Notes from Under the Grounds, part two.


Part II.

Now, kids, what I want to tell you, whether you’re listening or not, is why I couldn’t even be a bitch. Honestly, there were plenty of times I wished I could be a bitch. But the wish never came true. Really, kids, I now know that being connected—“plugged in” as we used to call it—is a disease, an honest-to-goodness, DSMV-worthy, give it a name and a pill-regiment disease. Ordinary human connections would be more than sufficient for ordinary human needs—hell, we could do well on even 1% of the amount of information coming at a modern person living in this apathetic 21st century, especially to one who lives in a wifi hot-city like Austin, the most halfheartedly connected and techolusting city in the Western World (sure, there more connected cities, but I don’t live in them…those poor s.o.b.s…). It would have been perfectly fine, for example, to have only the limited knowledge and connections that those exciting and lively “good guys” have. You probably think I’m writing this for attention or to make fun of these “good guys”, that I’m just clanging out, like that customer who clanged into his cell phone. But come on, kids, no one could possibly want to expose their darkside just for that dwindling 15 minutes of fame, could they?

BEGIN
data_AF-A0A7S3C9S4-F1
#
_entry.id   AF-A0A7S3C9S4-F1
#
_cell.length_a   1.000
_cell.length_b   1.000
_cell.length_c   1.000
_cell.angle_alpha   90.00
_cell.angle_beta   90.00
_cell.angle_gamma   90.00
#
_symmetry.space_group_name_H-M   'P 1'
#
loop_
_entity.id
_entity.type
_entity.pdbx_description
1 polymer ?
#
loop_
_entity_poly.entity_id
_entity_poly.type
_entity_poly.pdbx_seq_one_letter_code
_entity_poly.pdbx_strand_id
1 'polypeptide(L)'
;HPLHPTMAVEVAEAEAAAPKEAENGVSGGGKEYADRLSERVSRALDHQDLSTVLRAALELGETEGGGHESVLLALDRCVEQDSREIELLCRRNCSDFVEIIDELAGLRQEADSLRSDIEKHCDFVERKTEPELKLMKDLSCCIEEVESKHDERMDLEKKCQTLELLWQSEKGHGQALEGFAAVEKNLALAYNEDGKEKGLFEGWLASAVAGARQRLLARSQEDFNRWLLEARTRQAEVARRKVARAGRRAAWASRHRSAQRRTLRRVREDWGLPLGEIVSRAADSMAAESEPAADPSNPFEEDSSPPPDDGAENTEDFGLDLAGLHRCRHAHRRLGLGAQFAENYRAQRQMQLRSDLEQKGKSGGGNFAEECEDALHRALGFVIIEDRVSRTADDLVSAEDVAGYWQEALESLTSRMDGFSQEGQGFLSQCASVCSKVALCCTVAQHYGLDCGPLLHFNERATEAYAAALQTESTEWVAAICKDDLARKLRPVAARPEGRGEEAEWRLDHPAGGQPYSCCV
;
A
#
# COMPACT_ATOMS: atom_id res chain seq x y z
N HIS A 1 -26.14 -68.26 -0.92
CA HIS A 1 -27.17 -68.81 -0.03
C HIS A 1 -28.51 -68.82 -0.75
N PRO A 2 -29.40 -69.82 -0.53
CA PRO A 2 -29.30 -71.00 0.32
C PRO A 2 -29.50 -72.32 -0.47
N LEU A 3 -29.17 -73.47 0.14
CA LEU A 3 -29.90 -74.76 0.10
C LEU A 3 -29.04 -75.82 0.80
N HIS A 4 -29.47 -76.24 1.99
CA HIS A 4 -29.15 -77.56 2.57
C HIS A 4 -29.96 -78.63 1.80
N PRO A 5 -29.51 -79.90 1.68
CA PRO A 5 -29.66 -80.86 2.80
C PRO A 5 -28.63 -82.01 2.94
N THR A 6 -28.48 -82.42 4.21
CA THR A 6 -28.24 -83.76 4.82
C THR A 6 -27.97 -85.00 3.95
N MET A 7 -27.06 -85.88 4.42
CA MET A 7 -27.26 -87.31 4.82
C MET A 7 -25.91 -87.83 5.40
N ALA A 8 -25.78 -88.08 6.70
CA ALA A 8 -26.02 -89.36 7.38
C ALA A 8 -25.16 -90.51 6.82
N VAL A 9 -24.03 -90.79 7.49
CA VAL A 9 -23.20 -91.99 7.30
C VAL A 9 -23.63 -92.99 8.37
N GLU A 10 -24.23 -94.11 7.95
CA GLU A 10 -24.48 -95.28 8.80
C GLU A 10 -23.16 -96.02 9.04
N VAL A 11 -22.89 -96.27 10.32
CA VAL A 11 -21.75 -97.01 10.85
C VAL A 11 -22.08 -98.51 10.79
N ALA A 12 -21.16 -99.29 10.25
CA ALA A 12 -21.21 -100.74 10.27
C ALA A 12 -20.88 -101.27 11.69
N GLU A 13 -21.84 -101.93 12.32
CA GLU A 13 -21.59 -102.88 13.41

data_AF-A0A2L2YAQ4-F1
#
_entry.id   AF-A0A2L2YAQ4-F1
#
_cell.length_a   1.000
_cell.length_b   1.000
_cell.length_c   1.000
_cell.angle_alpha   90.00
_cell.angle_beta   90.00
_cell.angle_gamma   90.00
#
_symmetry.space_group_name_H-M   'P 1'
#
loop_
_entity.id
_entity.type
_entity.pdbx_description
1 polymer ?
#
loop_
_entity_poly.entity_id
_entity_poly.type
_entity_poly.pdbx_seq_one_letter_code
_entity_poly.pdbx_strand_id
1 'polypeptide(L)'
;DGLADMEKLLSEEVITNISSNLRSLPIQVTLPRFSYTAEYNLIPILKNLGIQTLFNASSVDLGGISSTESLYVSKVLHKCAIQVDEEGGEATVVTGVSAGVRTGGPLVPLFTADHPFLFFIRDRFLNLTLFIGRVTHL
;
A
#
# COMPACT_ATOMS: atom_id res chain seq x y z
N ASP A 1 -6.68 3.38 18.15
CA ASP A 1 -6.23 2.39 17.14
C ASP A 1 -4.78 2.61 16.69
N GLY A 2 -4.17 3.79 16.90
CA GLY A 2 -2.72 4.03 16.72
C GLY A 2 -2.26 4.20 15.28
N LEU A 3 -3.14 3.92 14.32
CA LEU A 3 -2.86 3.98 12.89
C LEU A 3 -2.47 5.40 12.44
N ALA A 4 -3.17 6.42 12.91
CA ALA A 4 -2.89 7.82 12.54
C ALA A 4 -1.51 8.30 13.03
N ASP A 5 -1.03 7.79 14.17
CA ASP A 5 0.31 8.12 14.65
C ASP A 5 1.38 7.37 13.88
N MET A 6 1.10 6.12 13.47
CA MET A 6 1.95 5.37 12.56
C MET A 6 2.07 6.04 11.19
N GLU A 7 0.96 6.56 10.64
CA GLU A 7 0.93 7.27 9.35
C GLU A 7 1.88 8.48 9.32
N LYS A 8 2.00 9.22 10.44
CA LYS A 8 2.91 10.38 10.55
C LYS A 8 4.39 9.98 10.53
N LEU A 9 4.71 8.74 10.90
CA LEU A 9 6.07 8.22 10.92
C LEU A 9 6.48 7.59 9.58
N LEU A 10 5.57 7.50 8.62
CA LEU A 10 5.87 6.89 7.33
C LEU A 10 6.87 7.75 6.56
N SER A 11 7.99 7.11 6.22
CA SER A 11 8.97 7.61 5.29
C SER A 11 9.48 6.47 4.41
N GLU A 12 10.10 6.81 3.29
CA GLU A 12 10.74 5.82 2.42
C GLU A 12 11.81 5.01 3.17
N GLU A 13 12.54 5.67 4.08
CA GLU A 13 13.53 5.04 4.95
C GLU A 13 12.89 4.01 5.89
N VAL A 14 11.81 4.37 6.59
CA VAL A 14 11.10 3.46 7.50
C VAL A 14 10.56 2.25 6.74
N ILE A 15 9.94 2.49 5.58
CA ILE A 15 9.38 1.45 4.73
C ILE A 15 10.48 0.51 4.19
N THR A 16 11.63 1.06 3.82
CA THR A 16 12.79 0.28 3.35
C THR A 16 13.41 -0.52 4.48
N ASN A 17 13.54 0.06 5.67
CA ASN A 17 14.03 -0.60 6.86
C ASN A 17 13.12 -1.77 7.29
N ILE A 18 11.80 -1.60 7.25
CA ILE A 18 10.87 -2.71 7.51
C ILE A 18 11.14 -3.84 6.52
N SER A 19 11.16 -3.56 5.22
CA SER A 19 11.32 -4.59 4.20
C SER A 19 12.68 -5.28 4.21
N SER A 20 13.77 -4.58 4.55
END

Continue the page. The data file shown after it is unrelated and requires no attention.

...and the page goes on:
Stupid question. Of course, everyone does it all the time; people love their darksides, and I probably love mine more than anyone. Whatever, it’s a moot point. Anyway, still, I stand by my notion that not only is being overly connected a disease, but so is being connected at all (technologically connected, of course… I’m not so grim as to advocate extreme isolationism and hermitage-founding!). It’s true. But whatever, moving on, back to the point. This is what I want to know: why was it that, at the very moment that I was becoming aware enough to “think globally and act locally” to “respect and value the differences” (as we, or they, used to say), that I gave up? That, in fact, I became even more wasteful and biased and… common? I was really awful. I mean, maybe I was no more awful than anyone else, but why was it always that I wanted to be most awful, do the most inappropriate thing, at exactly the moment when I knew I shouldn’t? The more aware I was on how to “act globally” and “respect the differences” the more awful and biased I became; the further I slipped into the despised sludge and the more I felt I really might belong down there. But it wasn’t just a coincidence or a moment of heightened clarity brought about by the juxtapositions of proper and desired actions; rather, it was like it was all coming along naturally… pre-determinedly. It was as if this were just me finally realizing who “me” really was; this was the real me. It wasn’t that my sickness (or depravity or general fuckedup-ed-ness) caused these dark thoughts, they were at the deepest levels of “me”; I had finally worn off the shiny skin veneer to see the truth beneath. Once I realized this, I stopped fighting it. I believed (or very nearly believed) that this was my most true self—this was living honestly. Oh but the horror (the horror!) before I came to that conclusion. It was awful! I thought that surely no one else was going through this, no one else suffering like me, alone like me. I was alone, but to keep from being utterly alone, to take solace in even the simple daily b.s. that people go through, I knew I had to hide it. My shameful awful secret. I even reached a point where I felt a kind of abnormal normalcy; a revolting pleasure in returning home at night to my little east side hovel, hyper-aware that I had once again committed some (or multiple) loathsome act(s) that I could never take back, acutely aware of the ramifications. I couldn’t take it back, I couldn’t apologize or volunteer enough to ever erase the scars I left behind me (even if they were “death of a thousand paper cuts”), and it ate at me, turned me against myself, tore me inside out, devoured every moment of me until at last the bitter bean was pressed into a rich shame and, at last!, actual satisfaction and pleasure. That’s right, actual happiness! Pride, even!